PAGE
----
In this important new work, Jerry Day brings to light the need for an extensive reinterpretation of the mature philosophy of Eric Voegelin, based on Voegelin’s published and unpublished appreciation for nineteenth-century German philosopher F. W. J. Schelling. Schelling, whom Day maintains was one of the most important guides to Voegelin’s mature philosophy of consciousness and historiography, has been described as the father of several disparate movements and schools of continental philosophy—chief among them being “Hegelian” idealism and existentialism. This (...) characterization implies that Schelling was a scattered thinker with little or no appreciation for philosophy as a disciplined inquiry into the nature of human affairs. Voegelin was critical of this portrayal of Schelling. He argued that it lacked proper sensitivity for the impressive extent to which this giant of continental thought was able to rise above the “creed communities” of his time and recover the abiding concern of mature philosophers everywhere: the _philosophia perennis_. Those who claim that Schelling was scattered have failed, according to Voegelin, to appreciate the nonideological breadth of this great philosopher, misled by the splinter movements and schools that arose from mere fragments of his thought. In truth, Schelling founded no school and launched no movement. Instead, he reasoned with the disciplined integrity and wonder of a “spiritual realist.” Day argues that Voegelin was a fine interpreter of Schelling, particularly during the decisive years when the central orientation of Voegelin’s mature thought was beginning to take hold—between the writing of his _History of Political Ideas_ and its eventual transformation into _Order and History_. Day gathers an impressive array of evidence to interpret Voegelin’s little-known support for Schelling’s achievements, while offering detailed analyses and helpful summaries of a vast body of literature that has yet to be translated into English. Day’s partial agreement with Voegelin’s uncommon assessment of Schelling provides him with the point of departure that leads to one of this book’s most distinctive contributions to contemporary thought. It has the rare ability to help clear the way for philosophical realists to make peace with many of their contemporaries, giving them further grounds for accepting the strongest anthropological and psychological insights of recent continental philosophy, while helping them to avoid its tendencies toward nihilistic despair or fideistic historicism. By reading each philosopher through the eyes of the other, Day provides an analysis that will be illuminating for Voegelin scholars and Schelling scholars alike. The book will also appeal to readers with more general interests in the history and development of continental philosophy, political theory, and comparative religion over the past century. (shrink)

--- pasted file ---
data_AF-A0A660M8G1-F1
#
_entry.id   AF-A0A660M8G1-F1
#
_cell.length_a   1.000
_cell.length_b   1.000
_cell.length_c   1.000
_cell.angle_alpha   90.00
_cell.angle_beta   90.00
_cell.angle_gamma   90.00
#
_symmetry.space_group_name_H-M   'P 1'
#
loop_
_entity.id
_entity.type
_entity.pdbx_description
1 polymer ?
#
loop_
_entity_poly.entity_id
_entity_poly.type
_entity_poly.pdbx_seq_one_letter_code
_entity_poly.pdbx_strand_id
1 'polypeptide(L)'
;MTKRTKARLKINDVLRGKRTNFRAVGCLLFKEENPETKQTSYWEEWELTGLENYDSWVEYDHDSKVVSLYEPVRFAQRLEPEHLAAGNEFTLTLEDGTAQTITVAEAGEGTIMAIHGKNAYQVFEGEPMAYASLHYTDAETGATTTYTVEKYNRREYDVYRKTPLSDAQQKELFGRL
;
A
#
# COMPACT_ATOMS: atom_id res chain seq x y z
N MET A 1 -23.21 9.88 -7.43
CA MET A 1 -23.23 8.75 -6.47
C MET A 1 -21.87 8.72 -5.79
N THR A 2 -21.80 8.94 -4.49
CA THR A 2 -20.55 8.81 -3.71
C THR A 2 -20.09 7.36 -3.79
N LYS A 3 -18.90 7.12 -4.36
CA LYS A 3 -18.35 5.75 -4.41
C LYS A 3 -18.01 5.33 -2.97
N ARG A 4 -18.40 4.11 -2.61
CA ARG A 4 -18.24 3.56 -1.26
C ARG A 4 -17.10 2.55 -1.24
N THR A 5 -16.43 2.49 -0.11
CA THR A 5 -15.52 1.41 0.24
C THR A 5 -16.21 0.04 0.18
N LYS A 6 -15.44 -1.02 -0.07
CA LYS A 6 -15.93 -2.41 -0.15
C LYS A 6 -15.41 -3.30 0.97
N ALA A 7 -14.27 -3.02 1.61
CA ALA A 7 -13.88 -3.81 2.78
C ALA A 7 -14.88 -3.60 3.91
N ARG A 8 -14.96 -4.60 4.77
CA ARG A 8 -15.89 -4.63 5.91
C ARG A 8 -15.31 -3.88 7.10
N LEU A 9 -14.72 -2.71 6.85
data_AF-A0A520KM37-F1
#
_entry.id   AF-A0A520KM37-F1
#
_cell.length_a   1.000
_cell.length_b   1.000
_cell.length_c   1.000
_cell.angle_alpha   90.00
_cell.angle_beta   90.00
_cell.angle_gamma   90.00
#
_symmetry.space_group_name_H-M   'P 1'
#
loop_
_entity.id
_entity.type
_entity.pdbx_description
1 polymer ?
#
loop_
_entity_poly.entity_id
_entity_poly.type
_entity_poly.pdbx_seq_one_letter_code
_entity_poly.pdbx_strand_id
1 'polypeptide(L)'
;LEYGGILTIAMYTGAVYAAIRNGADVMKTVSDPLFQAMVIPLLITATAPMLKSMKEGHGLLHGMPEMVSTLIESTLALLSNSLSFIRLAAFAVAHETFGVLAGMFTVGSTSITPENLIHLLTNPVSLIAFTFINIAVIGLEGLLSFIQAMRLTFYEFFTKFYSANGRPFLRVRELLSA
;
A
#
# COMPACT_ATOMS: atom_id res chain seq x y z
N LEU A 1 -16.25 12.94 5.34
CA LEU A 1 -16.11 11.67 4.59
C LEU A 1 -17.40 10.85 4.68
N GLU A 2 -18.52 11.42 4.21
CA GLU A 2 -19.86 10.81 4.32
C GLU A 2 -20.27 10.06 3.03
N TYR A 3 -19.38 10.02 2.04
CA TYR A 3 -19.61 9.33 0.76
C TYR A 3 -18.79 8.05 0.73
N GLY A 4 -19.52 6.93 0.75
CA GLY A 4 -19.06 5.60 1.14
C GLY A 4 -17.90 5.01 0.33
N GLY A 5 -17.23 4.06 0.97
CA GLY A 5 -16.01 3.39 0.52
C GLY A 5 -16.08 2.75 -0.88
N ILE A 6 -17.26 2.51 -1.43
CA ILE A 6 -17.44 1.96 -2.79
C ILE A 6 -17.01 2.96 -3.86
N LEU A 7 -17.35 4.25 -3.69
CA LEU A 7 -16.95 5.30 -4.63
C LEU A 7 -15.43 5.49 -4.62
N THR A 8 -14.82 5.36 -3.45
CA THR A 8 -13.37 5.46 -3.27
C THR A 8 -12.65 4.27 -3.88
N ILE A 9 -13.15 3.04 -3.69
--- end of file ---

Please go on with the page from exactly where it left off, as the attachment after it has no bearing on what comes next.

This topically organized, interdisciplinary anthology provides competing perspective on the claim that western culture faces a moral crisis. Using clearly written, accessible essays by well-known authors in philosophy, the social sciences, and the humanities, the book introduces students to a variety of perspectives on the current cultural debate about values that percolates beneath the surface of most of our social and political controversies.